Until you experience things, you never quite believe what they are going to be like. Imagination is a wonderful thing, and we as human beings would be lost without it. But imagining what something is going to be like is never the same as being there in the flesh. The Catalan derby, between Espanyol and Barcelona, is indeed one of those said experiences. On Sunday, I went to the newly named RCDE stadium to witness one of Europe’s fiercest rivalries; with the context of Catalan nationalism and independence firmly rooted in the region, this only made the match more flavoursome. Added to this was also the fact that the two sides had recently met each-other in the quarter-finals of the Copa Del Rey, with Barcelona narrowly winning 2-1 over the two legs in encounters that were filled with controversy.
Gerard Pique, amid some of his recent comments, added even more, if it were possible, spark to the flames. Getting booed every time he touched the ball on Sunday afternoon, the home fans made no secret of their hatred towards him, using certain phrases to display their strong dislike of him – phrases I wouldn’t dare write/translate here. It was indeed to be a tasty affair.
Historically, Catalan independence is not a new phenomenon; from 19th century revolts, 20th century political parties and anger at Franco’s fascist dictatorship (including his banning of teaching Catalan in school), did much to damage relations between Madrid and Barcelona. Catalans, throughout history (though by no means the majority) have always felt different from the rest of Spain. Much of the discourse around Catalan independence is similar to the Scottish version, though, naturally, with many differences, as the distinctive traditions, histories and experiences of the UK and Spain show. However, with the recent events since the summer, the referendum in October and regional elections in December, this match was always going to be more than a simple game of football: it had political undertones to it.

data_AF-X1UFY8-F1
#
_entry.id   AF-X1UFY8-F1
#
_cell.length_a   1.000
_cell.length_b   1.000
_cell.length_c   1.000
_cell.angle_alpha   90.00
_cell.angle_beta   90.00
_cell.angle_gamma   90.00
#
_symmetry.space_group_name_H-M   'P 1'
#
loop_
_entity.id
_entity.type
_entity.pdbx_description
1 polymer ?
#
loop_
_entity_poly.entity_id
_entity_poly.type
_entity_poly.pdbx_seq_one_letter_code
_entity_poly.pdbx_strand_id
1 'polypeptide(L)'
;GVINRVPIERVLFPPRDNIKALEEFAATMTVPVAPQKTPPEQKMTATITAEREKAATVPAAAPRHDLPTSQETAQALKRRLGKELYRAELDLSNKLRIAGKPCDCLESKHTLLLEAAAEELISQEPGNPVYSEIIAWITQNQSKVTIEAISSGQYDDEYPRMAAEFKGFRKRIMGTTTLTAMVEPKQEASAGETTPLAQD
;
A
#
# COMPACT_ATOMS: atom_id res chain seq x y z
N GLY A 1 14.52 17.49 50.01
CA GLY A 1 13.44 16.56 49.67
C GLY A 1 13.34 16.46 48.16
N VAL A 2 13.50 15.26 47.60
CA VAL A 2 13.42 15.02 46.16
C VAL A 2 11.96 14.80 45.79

Traditionally, Espanyol has been more likely to have anti-Catalan independence fans, whereas Barcelona is home to the independentistas. This is, of course, generalising. Many Barcelona fans are anti-independence and many Espanyol fans are not unionists. Families and friends have been split down the middle on this controversial topic. Roughly speaking, similar to Scottish independence, the peoples in Cataluña are divided by a 50/50 split. There were, though, Spanish flags aplenty in the stadium, with many Espanyol fans demonstrating their clear belief that Cataluña should remain in Spain.
The game itself was much what you expect from a derby match: fouls, yellow cards, controversial refereeing decisions, crunching tackles, passionate footballers. Ironically, after all the booing and his comments, Pique was the Barcelona goalscorer, provoking more anger to the home fans after his celebration. This was, as they say, always going to happen. The fact that it finished 1-1 did not seem to matter. Barcelona have almost won the league, and didn’t lose to their rivals. That’s all that seemed to matter to Ernesto Valverde, ahead of Barcelona’s crucial cup semi-final vs Valencia followed by the Champions League double-header against a struggling Chelsea. The derby, in this sense, has always mattered more to Espanyol, given their lack of success compared to the dominance that Barcelona have achieved in the world of football.
What will happen in the future for Cataluña, nobody knows. Nobody knows what will happen tomorrow, let alone the long-term future of this rich, beautiful region. What is sure is that Espanyol vs Barcelona will always be a symbol of the rivalries between the independentistas y unionistas. Football transcends politics, but it also helps to shape political debate. It can be a vehicle of not only social change, but also protests. Whilst the Catalan question is up for debate – and it shows no signs of abating – this derby will play a pivotal role in the emotional political discourse. Therefore it is much more than a football match.
By James Felton